“….the idea of infinity is transcendence itself, the overflowing of an adequate idea. If totality can not be constituted it is because Infinity does not permit itself to be integrated. It is not the insufficiency of the I that prevents totalization, but the Infinity of the Other.”
Emmanuel Levinas – Totality and Infinity
Novels, the ones that are called literary by educational institutions, by the cultural studies and literature departments which reside within them, are constantly concerned by their own adequacy or validity. The death of the novel has become an irritating cliché for anyone trying to do resonant or resistant readings of texts in classrooms or readings groups, or for essays or theses. “We know”, they want to say. Better to say the novel has always been undead, existing in a state of not really existing, vampiric, choose your demonstrative-monster metaphor. I expect this is not my idea.
And a version of this declaration, or description, concerning the status of the novel came to mind when thinking about Levinas’s use of the term adequate. It is in the above quotation from Totality and Infinity that Levinas uses it to suggest the state of an idea which is coherent or complete. An idea founded in the discourse of reason, which can be thought or assimilated, thematized, by the totality of the self. But it seems that adequacy can have multiple senses above. That it is enough or satisfactory – or sufficient. Perhaps satisfactory is suitable given Levinas’s description of solitude as a form of personal enjoyment.
Adequation is also a kind of equivalence or making equal, a coming up to a necessary standard. And this starts me thinking about the “standards” of the literary novel, in the sense that it is both self-regulating and reliant on institutional regulation of its status and value. A novel attempts to be adequate to the very idea of what it means to be valuable/literary but at the same time wishes to critique or disturb the notion that there is a basic idea pertaining to what it is, or what it is meant to be. It wants to be adequate, to just about survive, its own literary status, and in doing so simultaneously display its own anxiety about its literary status. (Derrida’s in this paragraph haunting the vampire.)
Thus there are a bunch of things the novel can and can’t do. It can’t do reality – but it can try and succeed at mimesis. It can do the avant garde, but is hamstrung by a total avant garde novel. It can communicate and “move” people, but it is also complex and requires creative-critical readings. It can show us politics, but also we mustn’t use it to do politics.
It strikes me that digital mediation – chat logs of characters interacting, characters trying to google, characters at a screen – is something which shows up this necessary inadequacy of the novel. The literary needs to keep the digital as a text separate, in order to bolster its status as a singular form of textuality, to preserve the kind of temporary, quantum totality it need to simultaneously establish and not establish. At the same time, the literary novel has to assimilate different forms of mediation, as it has always done, in order to acknowledge its ability to try and do reality, or to maintain its own vitality.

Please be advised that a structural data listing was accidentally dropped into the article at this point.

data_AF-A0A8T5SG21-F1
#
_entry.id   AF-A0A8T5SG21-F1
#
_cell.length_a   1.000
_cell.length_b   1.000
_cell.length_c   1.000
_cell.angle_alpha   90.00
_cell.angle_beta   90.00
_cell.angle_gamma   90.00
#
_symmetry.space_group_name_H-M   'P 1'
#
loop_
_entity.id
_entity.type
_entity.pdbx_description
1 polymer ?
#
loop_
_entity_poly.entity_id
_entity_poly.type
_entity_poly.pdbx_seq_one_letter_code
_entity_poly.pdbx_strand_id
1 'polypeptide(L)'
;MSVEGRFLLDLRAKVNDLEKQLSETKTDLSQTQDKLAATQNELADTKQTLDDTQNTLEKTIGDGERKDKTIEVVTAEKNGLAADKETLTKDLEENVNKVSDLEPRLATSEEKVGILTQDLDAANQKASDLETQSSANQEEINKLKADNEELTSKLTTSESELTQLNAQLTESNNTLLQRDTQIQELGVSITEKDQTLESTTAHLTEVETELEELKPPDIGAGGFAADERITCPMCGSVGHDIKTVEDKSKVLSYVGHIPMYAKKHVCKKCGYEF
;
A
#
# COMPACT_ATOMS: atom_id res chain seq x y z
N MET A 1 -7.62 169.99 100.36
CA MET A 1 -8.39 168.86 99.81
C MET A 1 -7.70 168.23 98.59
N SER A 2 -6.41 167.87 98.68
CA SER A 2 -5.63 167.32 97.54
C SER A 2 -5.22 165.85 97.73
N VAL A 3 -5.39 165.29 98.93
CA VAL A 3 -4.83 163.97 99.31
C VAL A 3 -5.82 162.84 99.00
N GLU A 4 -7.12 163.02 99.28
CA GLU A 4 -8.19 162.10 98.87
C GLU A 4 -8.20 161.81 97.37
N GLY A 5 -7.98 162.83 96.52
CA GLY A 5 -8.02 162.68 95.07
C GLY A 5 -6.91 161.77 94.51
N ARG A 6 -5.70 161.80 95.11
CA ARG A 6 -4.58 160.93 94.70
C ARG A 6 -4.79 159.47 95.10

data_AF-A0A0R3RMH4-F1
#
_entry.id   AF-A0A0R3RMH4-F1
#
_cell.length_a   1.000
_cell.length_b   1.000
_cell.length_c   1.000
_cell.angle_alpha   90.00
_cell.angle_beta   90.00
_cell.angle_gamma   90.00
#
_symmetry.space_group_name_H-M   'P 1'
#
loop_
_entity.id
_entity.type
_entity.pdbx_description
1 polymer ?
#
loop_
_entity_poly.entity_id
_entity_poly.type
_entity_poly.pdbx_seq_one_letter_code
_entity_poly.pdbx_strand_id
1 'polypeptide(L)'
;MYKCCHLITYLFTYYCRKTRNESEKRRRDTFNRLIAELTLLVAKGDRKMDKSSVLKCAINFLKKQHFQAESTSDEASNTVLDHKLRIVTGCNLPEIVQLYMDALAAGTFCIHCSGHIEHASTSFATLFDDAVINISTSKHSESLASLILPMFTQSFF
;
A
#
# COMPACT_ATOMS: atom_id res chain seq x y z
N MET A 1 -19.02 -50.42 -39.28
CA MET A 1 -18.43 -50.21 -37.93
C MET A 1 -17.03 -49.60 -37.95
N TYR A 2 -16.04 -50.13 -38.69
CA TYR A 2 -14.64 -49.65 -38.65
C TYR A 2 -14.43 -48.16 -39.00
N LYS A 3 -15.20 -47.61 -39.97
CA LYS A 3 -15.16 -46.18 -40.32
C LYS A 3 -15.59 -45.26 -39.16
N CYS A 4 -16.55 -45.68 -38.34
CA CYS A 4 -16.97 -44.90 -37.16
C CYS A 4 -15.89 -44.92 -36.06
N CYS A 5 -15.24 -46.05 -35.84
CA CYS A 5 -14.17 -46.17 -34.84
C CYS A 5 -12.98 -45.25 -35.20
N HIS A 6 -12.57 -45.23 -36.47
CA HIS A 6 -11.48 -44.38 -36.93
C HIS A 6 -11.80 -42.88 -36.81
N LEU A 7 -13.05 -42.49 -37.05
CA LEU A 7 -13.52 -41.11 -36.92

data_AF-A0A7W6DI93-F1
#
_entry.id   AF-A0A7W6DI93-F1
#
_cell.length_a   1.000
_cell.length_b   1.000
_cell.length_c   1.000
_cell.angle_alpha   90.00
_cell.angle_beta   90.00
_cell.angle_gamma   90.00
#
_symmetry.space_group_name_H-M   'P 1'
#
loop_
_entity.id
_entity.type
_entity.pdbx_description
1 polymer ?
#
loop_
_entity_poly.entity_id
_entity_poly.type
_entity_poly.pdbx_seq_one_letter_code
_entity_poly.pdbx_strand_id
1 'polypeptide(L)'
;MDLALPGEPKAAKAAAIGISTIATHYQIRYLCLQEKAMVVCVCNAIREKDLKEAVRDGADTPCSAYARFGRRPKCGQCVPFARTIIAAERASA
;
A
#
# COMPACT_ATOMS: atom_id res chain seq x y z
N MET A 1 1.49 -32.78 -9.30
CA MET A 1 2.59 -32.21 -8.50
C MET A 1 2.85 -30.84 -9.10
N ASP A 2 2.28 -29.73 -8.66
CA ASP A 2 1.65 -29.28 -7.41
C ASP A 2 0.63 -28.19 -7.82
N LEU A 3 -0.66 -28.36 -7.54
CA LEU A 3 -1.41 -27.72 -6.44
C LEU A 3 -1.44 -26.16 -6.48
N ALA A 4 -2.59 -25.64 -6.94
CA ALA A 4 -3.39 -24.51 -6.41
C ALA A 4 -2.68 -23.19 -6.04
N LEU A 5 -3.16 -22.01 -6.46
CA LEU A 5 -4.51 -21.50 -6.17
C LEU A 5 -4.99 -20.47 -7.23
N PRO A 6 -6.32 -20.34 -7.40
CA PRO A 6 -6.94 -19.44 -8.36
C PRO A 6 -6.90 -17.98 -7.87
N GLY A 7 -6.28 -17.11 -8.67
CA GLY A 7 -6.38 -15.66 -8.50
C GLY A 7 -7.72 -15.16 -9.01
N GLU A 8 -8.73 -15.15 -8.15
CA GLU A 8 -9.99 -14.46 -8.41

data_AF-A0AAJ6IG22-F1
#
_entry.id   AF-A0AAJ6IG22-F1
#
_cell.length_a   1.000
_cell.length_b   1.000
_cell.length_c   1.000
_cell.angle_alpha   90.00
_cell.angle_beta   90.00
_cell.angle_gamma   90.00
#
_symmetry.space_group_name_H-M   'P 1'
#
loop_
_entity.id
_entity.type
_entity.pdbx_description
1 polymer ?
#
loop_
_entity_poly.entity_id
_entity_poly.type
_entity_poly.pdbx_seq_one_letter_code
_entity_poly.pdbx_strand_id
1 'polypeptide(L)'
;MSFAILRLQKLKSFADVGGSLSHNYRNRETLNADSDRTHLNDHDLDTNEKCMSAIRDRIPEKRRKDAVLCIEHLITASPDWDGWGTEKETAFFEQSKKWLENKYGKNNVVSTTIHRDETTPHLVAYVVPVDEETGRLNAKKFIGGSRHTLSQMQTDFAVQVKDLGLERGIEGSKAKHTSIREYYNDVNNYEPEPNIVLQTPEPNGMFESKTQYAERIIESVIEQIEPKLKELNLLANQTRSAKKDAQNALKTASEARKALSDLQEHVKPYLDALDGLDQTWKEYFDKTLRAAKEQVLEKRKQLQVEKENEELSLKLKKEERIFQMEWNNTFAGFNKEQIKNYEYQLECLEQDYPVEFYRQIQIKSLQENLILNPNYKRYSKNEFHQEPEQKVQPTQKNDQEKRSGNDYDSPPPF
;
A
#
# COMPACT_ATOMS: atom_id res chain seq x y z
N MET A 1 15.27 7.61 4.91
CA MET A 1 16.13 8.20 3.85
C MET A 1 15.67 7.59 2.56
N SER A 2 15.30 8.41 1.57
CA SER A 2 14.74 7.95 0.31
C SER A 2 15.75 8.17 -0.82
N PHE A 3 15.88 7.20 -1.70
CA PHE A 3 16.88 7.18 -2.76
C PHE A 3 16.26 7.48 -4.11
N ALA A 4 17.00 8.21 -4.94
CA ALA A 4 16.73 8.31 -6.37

But the act of digital mediation contains a difficulty which amplifies the novel’s inadequacy. It contains within it an encounter with exteriority, an infinity, with the volume turned up; mediation lit up with the problem of the other as the absent-but-present glow through the screen. The novel attempts to assimilate this, like other forms of textuality which were embedded in it from the beginning (letters, diaries, ships logs) but in doing so demonstrates an impulse to make it the same, the make it something the novel can deal with or thematize. The “infinity” presented on multiple levels by the event of digital mediation ultimately troubles the novel not only because it does not permit itself to be integrated, in that it is a formal and structural interruption. Its interrupting capacity is also the interruption of the problem of mediation which is the anxiety of the novel itself. It shows the literary a mirror, and within it is contained the necessary inadequacy of the form. It makes possible a reading of the anxious crisis of the novel.
This doesn’t kill the novel, put the stake through the heart of the vampire in its institutional coffin, but it sprinkles holy water around the castle as a constant reminder. To talk of the novel as dead is to claim that it was ever alive to begin with. And to suggest that digital textuality is “virtual” or easily reducible to a negative version of subjectivity is to engage in a line of thinking which denies the primordial status of mediation as a condition for all discourse. The recognition of this inadequacy, though, can make for the continuation of being for others, can drag the novel not from death into life, but make the novel live and die well.